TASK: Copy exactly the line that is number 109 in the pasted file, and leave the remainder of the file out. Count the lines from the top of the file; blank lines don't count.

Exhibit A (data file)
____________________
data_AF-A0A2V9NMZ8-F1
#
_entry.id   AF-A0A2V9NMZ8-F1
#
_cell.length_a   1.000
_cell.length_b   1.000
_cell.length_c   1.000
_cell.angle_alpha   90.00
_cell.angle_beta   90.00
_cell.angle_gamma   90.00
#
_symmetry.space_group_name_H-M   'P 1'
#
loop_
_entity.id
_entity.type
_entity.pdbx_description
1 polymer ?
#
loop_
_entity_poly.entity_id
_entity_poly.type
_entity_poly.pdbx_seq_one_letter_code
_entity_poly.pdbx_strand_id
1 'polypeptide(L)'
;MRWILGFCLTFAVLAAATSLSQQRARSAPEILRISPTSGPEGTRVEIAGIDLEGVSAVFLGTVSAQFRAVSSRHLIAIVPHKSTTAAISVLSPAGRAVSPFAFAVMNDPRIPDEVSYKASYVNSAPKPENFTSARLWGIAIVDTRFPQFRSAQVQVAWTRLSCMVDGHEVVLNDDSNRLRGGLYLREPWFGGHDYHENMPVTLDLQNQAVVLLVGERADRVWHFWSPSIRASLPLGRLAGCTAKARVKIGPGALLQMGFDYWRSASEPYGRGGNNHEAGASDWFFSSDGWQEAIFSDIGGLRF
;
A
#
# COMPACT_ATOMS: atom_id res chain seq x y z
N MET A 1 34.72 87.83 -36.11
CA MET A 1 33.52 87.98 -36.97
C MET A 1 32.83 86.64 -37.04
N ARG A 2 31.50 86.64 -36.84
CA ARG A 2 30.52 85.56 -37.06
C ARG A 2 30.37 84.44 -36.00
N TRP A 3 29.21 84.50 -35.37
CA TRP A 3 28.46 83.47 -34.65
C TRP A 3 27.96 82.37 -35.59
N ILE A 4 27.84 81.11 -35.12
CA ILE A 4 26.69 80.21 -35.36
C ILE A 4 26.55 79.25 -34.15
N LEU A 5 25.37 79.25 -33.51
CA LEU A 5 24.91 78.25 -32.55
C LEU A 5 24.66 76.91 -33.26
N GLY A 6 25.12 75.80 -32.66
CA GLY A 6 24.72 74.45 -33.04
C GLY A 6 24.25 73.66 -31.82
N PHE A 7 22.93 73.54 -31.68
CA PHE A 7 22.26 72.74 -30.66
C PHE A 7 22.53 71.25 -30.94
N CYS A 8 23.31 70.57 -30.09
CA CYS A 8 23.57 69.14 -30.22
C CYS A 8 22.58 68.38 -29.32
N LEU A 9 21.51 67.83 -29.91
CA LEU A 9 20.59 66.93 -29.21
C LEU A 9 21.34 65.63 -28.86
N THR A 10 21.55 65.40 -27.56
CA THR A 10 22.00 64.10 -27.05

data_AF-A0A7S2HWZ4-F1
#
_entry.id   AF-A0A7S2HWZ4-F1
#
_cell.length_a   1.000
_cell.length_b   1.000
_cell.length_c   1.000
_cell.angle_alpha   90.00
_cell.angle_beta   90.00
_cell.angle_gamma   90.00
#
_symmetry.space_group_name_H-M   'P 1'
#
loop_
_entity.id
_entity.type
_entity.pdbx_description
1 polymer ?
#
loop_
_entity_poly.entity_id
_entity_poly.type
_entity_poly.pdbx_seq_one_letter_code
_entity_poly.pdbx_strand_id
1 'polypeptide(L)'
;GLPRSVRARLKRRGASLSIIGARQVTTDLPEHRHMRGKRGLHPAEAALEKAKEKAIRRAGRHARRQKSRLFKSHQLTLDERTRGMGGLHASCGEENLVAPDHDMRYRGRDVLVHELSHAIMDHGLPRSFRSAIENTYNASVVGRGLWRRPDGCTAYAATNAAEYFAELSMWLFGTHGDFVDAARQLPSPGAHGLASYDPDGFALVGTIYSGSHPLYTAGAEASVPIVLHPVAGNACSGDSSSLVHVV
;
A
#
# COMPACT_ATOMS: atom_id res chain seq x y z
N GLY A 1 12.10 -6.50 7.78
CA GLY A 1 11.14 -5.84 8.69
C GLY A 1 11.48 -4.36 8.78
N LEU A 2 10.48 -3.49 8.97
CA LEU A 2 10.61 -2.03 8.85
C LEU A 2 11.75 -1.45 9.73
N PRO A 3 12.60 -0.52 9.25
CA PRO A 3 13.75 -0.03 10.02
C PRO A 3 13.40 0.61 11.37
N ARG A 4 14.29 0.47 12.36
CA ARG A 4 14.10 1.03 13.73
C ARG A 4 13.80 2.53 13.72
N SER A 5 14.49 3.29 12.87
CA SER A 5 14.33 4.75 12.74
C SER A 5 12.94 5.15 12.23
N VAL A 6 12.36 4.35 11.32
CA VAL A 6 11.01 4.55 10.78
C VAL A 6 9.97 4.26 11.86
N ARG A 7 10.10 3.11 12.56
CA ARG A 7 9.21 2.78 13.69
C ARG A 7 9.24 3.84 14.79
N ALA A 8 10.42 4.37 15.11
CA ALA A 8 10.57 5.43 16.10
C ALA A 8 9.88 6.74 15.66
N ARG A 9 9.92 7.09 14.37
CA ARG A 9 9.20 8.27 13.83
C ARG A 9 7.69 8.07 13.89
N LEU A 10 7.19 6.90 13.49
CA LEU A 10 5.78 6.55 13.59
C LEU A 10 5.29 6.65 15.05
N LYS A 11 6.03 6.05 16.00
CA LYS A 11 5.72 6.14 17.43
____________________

CA ARG A 7 9.21 2.78 13.69